Refute Misinformation With Our “Correcting Community Fiber Fallacies” Page

Written by Lisa Gonzalez

As an increasing number of communities investigate the possibility of publicly owned Internet networks, big cable and telephone companies are spending big dollars to fund the spread of misinformation. In order to combat untruths and share accurate data, we’ve created the Correcting Community Fiber Fallacies page. You will find resources to help you identify and respond to some of the most used resources, arguments, and tactics from groups aiming to quash better connectivity through local control; you’ll also find the best ways to address them.

Reports, Reports, Reports

A common strategy from companies with de facto monopolies such as Comcast and AT&T are funding reports created by entities that appear to be nonpartisan academic groups. They also fund groups to generate similar anti-municipal network material from organizations that pretend to operate in the best interests of taxpayers or citizens. In reality, these groups produce slanted material intended to capitalize on the lack of information most people have about publicly owned networks. They aim to fill the void quickly and repeatedly with misstatements in order to taint any later discussion of public investment.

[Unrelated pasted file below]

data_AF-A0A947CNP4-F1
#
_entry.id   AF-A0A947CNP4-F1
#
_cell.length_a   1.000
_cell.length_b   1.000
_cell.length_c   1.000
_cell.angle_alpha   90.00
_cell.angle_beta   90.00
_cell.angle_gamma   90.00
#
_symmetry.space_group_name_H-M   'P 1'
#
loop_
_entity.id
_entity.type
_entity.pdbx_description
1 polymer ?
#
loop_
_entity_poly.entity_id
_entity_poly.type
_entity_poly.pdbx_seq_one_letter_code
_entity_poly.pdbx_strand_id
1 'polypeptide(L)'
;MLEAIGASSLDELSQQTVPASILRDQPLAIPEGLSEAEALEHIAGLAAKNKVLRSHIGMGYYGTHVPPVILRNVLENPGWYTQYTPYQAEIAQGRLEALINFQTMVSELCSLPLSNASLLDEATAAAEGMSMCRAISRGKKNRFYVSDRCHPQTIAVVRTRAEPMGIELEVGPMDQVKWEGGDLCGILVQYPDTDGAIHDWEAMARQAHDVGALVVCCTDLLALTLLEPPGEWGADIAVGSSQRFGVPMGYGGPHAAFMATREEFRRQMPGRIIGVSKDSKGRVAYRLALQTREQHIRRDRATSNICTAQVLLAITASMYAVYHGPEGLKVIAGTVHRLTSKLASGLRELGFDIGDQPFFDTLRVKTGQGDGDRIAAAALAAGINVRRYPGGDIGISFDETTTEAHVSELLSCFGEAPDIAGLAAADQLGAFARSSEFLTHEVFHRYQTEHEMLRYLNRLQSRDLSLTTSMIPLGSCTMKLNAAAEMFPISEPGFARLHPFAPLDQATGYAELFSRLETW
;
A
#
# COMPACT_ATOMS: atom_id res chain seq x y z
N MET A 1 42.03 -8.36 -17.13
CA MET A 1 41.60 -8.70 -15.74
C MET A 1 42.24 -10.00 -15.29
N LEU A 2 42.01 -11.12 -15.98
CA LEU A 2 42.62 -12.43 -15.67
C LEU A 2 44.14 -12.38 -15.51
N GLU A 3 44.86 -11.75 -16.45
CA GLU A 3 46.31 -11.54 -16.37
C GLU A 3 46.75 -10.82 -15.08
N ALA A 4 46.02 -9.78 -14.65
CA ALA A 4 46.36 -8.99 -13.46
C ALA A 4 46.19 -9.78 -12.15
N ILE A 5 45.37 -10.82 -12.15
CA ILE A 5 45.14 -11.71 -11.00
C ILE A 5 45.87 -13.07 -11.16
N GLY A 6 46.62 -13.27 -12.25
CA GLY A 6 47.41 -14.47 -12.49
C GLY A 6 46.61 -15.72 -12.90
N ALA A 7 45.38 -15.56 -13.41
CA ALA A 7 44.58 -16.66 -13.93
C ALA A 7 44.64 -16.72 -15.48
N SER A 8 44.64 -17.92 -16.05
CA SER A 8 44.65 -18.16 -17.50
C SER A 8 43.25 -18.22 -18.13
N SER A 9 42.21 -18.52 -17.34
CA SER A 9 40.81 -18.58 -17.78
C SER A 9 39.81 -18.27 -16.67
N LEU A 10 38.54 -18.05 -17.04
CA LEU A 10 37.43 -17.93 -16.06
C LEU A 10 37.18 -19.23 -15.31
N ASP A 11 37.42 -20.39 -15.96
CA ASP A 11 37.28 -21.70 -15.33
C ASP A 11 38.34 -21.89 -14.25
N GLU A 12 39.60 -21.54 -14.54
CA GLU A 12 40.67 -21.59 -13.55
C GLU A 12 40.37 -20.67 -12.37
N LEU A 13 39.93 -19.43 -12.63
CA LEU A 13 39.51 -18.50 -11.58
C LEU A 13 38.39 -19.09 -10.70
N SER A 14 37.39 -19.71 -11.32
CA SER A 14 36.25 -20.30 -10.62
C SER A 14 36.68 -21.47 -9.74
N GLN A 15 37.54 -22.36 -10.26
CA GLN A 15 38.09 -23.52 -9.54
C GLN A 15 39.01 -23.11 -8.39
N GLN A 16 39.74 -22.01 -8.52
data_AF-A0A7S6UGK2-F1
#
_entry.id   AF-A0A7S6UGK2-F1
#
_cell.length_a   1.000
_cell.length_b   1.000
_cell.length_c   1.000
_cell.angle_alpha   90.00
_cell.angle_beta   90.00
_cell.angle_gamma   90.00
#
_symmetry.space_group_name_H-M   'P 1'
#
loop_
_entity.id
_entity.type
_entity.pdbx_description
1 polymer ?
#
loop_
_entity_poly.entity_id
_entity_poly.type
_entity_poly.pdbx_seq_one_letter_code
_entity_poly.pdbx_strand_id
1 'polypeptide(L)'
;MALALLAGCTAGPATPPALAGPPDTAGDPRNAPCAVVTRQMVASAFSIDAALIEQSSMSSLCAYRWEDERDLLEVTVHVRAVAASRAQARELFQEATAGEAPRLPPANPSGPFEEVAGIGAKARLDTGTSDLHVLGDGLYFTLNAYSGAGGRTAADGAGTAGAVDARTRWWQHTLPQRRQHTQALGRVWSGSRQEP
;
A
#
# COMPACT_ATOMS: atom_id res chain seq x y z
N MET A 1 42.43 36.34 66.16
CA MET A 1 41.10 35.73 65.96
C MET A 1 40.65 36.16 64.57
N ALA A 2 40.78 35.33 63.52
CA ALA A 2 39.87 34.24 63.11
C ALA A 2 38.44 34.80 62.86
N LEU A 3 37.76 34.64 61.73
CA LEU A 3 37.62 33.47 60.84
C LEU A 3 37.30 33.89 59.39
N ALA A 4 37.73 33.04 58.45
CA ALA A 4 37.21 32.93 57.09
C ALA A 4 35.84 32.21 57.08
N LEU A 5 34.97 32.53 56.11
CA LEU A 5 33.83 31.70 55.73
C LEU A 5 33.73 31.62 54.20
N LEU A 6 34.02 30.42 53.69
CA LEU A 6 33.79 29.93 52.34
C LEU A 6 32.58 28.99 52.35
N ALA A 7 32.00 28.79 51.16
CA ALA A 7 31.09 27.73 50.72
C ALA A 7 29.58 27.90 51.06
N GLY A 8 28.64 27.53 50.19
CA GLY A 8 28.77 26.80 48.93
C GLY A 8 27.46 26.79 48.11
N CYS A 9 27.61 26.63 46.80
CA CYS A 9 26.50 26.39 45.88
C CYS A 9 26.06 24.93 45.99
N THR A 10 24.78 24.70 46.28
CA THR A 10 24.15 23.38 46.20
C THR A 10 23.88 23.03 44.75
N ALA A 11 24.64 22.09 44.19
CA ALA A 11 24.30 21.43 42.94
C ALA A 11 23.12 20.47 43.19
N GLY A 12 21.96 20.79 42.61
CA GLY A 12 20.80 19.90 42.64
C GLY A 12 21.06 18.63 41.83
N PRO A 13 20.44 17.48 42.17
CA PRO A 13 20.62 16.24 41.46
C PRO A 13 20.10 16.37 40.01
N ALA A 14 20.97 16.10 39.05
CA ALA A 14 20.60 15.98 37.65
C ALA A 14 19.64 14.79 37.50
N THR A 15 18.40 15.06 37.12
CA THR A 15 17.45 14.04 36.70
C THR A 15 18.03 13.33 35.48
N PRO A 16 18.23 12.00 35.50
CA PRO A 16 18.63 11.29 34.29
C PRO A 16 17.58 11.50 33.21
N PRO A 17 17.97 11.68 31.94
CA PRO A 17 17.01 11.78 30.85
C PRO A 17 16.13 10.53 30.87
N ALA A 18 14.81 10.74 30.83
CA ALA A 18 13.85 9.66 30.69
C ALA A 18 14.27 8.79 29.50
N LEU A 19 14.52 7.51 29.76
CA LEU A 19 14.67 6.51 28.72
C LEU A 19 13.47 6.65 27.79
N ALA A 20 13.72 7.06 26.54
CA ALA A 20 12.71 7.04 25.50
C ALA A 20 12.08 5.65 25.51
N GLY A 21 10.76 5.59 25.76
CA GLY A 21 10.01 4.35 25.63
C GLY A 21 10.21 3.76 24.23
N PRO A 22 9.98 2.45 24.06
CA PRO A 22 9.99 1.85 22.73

One way to influence decision makers and the general public who are learning about ways to improve local connectivity is by taking advantage of the credibility that may be attached to a seemingly academic report. We provide several examples on the Correcting Community Fiber Fallacies page and offer a few direct responses that point out the many factual and analytical errors.

Similarly, we offer examples of rebuttals to some of the most common arguments against public Internet network infrastructure. In addition to general rumors, we found some excellent rebuttals to specific lies that national providers attempt to spread by repeating early and often.

Information Is Power

The Correcting Community Fiber Fallacies page also takes a look at how misinformation gets started, how it spreads, and ways to stop it in its tracks. From our page:

Keeping the community well informed can prevent confusion and derail misinformation campaigns before they get started. Sometimes, despite best efforts, rumors and misinformation can still spread.

We offer seven “Do’s and Don’ts” that we find effective in repairing misperception. It’s important not to alienate the people with whom you want to share information. In addition to examples, you can find links to other helpful resources and we encourage you to check back; we’ll update the page periodically with new resources and developments.

This article was originally published on ILSR’s MuniNetworks.org. Read the original here.


Originally published at ilsr.org.